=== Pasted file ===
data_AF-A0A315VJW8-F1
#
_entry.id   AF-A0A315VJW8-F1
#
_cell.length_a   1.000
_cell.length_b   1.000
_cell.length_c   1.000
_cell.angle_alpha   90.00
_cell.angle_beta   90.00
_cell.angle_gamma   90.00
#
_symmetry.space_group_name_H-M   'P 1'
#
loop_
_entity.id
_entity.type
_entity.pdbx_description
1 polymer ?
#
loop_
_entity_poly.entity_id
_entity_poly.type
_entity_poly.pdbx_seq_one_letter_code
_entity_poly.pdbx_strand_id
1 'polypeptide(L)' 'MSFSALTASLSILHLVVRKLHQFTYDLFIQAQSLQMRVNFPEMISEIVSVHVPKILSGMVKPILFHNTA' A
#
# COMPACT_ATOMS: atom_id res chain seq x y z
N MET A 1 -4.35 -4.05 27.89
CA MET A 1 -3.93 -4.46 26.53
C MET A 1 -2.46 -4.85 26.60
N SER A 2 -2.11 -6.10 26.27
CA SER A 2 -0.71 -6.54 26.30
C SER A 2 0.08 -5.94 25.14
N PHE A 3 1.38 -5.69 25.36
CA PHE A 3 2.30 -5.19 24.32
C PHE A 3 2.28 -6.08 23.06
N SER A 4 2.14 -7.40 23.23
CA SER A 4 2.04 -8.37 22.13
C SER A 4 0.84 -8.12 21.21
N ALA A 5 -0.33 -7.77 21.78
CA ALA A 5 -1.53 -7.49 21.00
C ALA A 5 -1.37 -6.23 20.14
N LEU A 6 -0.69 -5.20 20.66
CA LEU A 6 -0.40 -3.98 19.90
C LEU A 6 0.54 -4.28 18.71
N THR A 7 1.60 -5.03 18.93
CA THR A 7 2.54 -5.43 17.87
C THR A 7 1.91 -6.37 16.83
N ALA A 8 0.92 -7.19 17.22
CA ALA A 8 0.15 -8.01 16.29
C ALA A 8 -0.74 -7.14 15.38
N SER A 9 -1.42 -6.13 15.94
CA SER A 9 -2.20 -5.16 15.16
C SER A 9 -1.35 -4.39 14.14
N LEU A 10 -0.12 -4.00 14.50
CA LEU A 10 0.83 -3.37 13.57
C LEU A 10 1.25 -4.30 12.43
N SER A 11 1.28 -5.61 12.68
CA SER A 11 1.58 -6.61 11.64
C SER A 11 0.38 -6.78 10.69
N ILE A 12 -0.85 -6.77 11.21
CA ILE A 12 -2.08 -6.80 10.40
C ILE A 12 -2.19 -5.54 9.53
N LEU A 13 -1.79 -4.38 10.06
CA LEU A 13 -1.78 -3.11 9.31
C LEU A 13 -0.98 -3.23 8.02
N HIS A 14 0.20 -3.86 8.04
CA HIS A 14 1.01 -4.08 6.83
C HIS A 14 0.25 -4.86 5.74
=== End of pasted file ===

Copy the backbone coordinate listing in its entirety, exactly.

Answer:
data_AF-A0A315VJW8-F1
#
_entry.id   AF-A0A315VJW8-F1
#
_cell.length_a   1.000
_cell.length_b   1.000
_cell.length_c   1.000
_cell.angle_alpha   90.00
_cell.angle_beta   90.00
_cell.angle_gamma   90.00
#
_symmetry.space_group_name_H-M   'P 1'
#
loop_
_entity.id
_entity.type
_entity.pdbx_description
1 polymer ?
#
loop_
_entity_poly.entity_id
_entity_poly.type
_entity_poly.pdbx_seq_one_letter_code
_entity_poly.pdbx_strand_id
1 'polypeptide(L)' 'MSFSALTASLSILHLVVRKLHQFTYDLFIQAQSLQMRVNFPEMISEIVSVHVPKILSGMVKPILFHNTA' A
#
# COMPACT_ATOMS: atom_id res chain seq x y z
N MET A 1 -4.35 -4.05 27.89
CA MET A 1 -3.93 -4.46 26.53
C MET A 1 -2.46 -4.85 26.60
N SER A 2 -2.11 -6.10 26.27
CA SER A 2 -0.71 -6.54 26.30
C SER A 2 0.08 -5.94 25.14
N PHE A 3 1.38 -5.69 25.36
CA PHE A 3 2.30 -5.19 24.32
C PHE A 3 2.28 -6.08 23.06
N SER A 4 2.14 -7.40 23.23
CA SER A 4 2.04 -8.37 22.13
C SER A 4 0.84 -8.12 21.21
N ALA A 5 -0.33 -7.77 21.78
CA ALA A 5 -1.53 -7.49 21.00
C ALA A 5 -1.37 -6.23 20.14
N LEU A 6 -0.69 -5.20 20.66
CA LEU A 6 -0.40 -3.98 19.90
C LEU A 6 0.54 -4.28 18.71
N THR A 7 1.60 -5.03 18.93
CA THR A 7 2.54 -5.43 17.87
C THR A 7 1.91 -6.37 16.83
N ALA A 8 0.92 -7.19 17.22
CA ALA A 8 0.15 -8.01 16.29
C ALA A 8 -0.74 -7.14 15.38
N SER A 9 -1.42 -6.13 15.94
CA SER A 9 -2.20 -5.16 15.16
C SER A 9 -1.35 -4.39 14.14
N LEU A 10 -0.12 -4.00 14.50
CA LEU A 10 0.83 -3.37 13.57
C LEU A 10 1.25 -4.30 12.43
N SER A 11 1.28 -5.61 12.68
CA SER A 11 1.58 -6.61 11.64
C SER A 11 0.38 -6.78 10.69
N ILE A 12 -0.85 -6.77 11.21
CA ILE A 12 -2.08 -6.80 10.40
C ILE A 12 -2.19 -5.54 9.53
N LEU A 13 -1.79 -4.38 10.06
CA LEU A 13 -1.78 -3.11 9.31
C LEU A 13 -0.98 -3.23 8.02
N HIS A 14 0.20 -3.86 8.04
CA HIS A 14 1.01 -4.08 6.83
C HIS A 14 0.25 -4.86 5.74